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Harpending (Asbury) Papers
MS 950  
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Consists of correspondence, deeds, agreements, accounts, receipts, manuscript maps, and other papers reflecting Asbury Harpending's business and speculative activities in the Western United States, Kentucky, New York, and Latin America between the years 1862 and 1919. Although the collection contains some letters written by Harpending (mostly to his children), the bulk of the correspondence was written to Harpending by his friends and business associates—including and especially George D. Roberts—and concerns the many mining enterprises in which Harpending was involved. Deeds, accounts, receipts, and other financial records reflect Harpending's interests in numerous mining properties in the Western United States, Mexico, and Colombia. Of particular significance are papers related to Harpending's involvement in the Diamond Hoax (1871-1873), including letters and telegrams written by Philip Arnold, William C. Ralston, and George D. Roberts documenting events leading up to the discovery of the hoax in 1872, and the scandal's personal, legal, and financial aftermath.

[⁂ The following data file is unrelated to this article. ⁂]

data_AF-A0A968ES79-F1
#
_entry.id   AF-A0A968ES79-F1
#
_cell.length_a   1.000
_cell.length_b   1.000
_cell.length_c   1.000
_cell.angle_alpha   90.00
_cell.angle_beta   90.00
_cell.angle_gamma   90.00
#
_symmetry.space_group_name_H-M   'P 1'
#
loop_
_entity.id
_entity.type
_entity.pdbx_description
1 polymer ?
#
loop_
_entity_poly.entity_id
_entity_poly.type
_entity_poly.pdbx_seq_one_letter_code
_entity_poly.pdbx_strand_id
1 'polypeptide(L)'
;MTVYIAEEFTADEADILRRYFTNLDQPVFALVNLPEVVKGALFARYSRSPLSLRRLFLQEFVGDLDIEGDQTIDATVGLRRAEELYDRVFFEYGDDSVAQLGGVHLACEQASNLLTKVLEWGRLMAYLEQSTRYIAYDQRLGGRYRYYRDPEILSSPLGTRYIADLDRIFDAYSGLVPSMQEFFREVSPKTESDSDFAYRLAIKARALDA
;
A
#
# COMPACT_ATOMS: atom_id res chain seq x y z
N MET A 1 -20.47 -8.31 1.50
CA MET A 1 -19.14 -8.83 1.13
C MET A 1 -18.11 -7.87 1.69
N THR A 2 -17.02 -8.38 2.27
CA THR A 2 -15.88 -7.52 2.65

Asbury Harpending was a native of Princeton, Kentucky. At the age of fifteen, he ran away from home, joining William Walker on his filibuster expedition to Nicaragua. In 1857, he traveled to California, making a fortune in gold mining in Camptonville, California, and, later, in Mexico. In 1860, he returned to San Francisco from Mexico a wealthy man. In the early 1860s, Harpending participated in Confederate conspiracies to establish a secessionist Republic of the Pacific (1860) and to intercept ships carrying gold bullion from San Francisco to the national capitol (1863). For the latter attempt, he was arrested, convicted of treason, and imprisoned at Alcatraz. He served ten months in prison before he was pardoned by President Lincoln.
12 boxes (5 linear feet)
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